I moved to Denver in 1992. I went to high school in the ‘burbs of Denver. After graduation I moved to capital hill, in the worst apartment I have ever lived in. It was on 11th between Pennsylvania and Pearl, it’s still there and it’s still has the same stale small of cheep beer and weed. I moved in because I had two great friends that lived upstairs. I lived in the front “garden level” one bedroom, it was a basement with one window that opened.
I kept the one window open whenever I was home. I had a formica table, two old chairs, and a very small black and white TV. I would keep all of my food in the refrigerator because the building had a roach problem. It was not apparent when I first moved into the building but once a water pipe burst and the building flooded, out came the roaches.
One night, I was watching the Avalanche on TV and making Mac & Cheese when a homeless man started crawling into my window and said “that smells good! Can I have some?” He didn’t get in and never bothered me again.
I saw my first dead body in that apartment building. Then, the woman that lived upstairs from me killed herself in her bathtub. My girlfriend was at my place when I got home, she pointed out the puddle of blood on my kitchen floor. Apparently, she cut her wrists and ankles and kept the water running. It was time to look for a new place to live.
I moved into a large house half a block from Colfax, in between the Blue Bird and Ogden Theater. Life got better. My roommates, for the most part were nice guys that paid their bills. We did kick-out one guy because of his heroin use (he later killed someone while driving intoxicated and ended up in jail, we lost contact). But, as everyone who lived in Denver during the 1990’s knows, East Colfax had its problems, prostitutes, drugs, homeless people, it was a part of the city that never stopped moving.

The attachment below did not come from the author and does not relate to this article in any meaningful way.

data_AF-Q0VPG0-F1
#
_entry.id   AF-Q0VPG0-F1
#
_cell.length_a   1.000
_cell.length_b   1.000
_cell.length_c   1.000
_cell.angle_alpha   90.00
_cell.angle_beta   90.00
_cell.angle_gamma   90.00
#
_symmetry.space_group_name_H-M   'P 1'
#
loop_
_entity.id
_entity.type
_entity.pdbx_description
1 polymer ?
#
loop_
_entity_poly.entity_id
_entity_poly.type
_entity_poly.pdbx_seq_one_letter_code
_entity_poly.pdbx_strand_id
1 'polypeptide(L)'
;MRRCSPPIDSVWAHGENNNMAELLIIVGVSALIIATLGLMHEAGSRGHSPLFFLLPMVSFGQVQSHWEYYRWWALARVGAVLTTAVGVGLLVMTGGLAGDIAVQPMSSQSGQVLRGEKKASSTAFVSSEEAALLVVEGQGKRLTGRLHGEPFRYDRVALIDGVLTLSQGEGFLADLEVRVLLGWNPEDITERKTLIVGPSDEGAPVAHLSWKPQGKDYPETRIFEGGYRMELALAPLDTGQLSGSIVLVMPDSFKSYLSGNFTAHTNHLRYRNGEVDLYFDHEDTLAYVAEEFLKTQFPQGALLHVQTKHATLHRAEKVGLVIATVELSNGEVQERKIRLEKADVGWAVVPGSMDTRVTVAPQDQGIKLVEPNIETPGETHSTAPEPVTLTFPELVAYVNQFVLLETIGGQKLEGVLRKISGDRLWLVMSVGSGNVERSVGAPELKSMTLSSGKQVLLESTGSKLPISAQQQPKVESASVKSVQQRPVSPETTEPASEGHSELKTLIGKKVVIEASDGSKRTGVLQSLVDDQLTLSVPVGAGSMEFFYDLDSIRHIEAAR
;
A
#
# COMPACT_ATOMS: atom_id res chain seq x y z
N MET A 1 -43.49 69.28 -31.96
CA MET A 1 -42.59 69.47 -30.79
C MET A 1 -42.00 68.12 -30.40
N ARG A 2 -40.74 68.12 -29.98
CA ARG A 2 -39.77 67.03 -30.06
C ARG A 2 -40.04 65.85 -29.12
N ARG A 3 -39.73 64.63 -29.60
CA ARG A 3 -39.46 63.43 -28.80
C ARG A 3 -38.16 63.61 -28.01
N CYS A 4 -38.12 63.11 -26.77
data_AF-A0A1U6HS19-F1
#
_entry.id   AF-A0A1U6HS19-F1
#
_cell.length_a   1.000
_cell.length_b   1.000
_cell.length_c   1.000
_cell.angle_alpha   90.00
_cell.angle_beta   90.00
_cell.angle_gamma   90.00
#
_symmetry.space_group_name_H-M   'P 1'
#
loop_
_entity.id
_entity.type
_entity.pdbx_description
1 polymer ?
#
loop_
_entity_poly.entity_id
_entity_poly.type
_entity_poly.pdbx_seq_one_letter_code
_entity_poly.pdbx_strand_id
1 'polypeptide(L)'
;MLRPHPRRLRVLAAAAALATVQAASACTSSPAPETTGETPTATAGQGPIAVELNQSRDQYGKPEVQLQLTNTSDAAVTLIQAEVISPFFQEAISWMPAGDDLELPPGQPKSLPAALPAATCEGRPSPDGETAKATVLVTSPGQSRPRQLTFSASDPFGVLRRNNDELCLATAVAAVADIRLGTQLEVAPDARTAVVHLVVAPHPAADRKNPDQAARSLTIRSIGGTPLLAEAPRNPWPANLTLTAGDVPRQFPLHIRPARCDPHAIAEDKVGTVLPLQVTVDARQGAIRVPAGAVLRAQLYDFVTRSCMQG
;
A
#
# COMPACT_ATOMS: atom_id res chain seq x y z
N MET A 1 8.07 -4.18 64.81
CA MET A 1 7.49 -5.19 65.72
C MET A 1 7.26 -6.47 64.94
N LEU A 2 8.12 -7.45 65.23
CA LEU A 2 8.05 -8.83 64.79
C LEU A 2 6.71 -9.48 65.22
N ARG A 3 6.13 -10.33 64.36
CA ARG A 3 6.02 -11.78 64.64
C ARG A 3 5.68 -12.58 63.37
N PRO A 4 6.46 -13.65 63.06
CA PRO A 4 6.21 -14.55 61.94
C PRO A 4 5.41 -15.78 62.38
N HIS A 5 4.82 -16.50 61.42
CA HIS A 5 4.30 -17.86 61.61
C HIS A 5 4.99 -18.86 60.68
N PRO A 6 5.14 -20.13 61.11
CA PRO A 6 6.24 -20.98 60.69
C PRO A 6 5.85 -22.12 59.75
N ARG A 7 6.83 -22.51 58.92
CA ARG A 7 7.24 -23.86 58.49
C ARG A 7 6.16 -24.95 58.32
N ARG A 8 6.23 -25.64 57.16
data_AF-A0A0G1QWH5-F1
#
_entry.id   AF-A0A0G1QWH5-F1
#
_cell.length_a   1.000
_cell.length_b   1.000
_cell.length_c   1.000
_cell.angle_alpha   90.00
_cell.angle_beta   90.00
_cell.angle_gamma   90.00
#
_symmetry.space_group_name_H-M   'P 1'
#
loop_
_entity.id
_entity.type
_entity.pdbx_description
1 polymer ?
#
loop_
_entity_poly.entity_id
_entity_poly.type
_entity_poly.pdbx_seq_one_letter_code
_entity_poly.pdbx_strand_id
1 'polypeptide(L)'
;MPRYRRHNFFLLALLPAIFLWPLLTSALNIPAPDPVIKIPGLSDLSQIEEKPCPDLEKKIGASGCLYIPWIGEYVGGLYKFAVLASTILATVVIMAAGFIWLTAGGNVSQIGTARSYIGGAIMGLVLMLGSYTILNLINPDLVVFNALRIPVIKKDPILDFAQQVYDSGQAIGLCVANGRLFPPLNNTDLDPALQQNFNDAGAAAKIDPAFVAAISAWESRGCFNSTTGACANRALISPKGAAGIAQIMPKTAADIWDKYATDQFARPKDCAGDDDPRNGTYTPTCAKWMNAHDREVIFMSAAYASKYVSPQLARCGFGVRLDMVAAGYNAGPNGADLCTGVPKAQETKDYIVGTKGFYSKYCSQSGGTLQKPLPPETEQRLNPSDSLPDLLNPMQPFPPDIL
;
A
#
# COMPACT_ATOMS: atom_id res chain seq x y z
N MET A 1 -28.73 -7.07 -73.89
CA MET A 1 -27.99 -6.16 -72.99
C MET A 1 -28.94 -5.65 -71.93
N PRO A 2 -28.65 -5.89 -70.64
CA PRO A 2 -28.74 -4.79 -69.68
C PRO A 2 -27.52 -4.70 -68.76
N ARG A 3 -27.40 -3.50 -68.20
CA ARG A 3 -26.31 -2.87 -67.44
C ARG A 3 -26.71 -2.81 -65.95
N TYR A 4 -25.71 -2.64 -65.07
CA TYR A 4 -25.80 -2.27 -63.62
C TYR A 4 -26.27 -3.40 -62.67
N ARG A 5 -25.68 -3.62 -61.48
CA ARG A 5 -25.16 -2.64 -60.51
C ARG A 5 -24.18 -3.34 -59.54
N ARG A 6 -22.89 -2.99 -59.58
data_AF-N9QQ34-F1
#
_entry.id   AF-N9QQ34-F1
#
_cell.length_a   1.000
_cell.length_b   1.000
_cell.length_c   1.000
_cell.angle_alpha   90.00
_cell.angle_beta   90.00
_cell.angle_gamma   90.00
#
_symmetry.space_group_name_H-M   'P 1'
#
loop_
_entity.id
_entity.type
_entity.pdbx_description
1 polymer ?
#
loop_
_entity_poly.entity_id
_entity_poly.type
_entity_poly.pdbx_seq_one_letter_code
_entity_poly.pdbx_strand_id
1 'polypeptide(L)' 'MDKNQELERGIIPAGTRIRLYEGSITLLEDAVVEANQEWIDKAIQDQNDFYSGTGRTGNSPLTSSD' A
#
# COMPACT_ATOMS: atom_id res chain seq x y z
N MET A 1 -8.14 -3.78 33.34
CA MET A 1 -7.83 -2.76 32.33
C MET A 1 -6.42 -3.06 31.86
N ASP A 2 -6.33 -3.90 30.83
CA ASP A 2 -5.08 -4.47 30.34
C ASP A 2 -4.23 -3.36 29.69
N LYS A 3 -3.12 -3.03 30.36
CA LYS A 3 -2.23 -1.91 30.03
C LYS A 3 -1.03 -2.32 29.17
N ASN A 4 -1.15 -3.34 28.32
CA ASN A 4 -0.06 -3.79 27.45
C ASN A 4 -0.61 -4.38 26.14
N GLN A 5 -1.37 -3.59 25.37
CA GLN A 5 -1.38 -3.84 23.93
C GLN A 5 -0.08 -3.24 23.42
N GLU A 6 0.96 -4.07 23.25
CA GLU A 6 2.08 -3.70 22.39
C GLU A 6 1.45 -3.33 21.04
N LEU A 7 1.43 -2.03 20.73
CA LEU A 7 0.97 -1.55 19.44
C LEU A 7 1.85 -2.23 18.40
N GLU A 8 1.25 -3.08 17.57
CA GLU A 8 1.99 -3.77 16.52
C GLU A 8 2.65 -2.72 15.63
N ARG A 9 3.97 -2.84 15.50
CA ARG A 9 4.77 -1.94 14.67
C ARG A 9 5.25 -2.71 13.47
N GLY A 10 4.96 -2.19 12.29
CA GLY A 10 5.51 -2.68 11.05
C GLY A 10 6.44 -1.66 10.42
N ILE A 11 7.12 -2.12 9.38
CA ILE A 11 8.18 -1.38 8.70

Denver was not a bad city. It had a lot to offer, I was able to take advantage of a good public transportation system and find work with no education. I met great people. I was introduced to new people from a variety of states and countries and professions. Living in the city opened doors to white and blue collar connections. If I was smarter, I would have paid more attention to the connections and the advice they were giving.
I returned to Denver in 2015. The trip was far more “trip down memory lane” then I was expecting. The school has changed but not much. My old neighborhood in the ‘burbs looks pretty much the same, which is strangely comforting. My first apartment looks like the day I left it, which is incredibly sad. The house off of Colfax still has one of my old roommates kicking around.
Anyone that has visited Denver knows it has gone through some major transformations. It is one of the fastest growing cities in the states, if not the fastest. And it’s not just people, there are buildings and parts of the city that are totally different than when I left. But because it is Denver, history is part of the overall identity of the city. Union Station has been renovated and it is beautiful. It has really become a meeting place for the city. The Tattered Cover is not as big as it used to be but it is still on the corner of 16th and Wynkoop. The Blue Bird and the Ogden Theaters still have live music and Pete’s Kitchen is still open all night serving greasy dinner food as a preventative to tomorrow’s hangover.
Denver’s still one of my favorite cities. The growth has made it lose a bit of it’s old feel but it has also brought new life to old sections of town that needed a boost. I am excited to spend more time getting to know the city that helped shape me into the person I am now.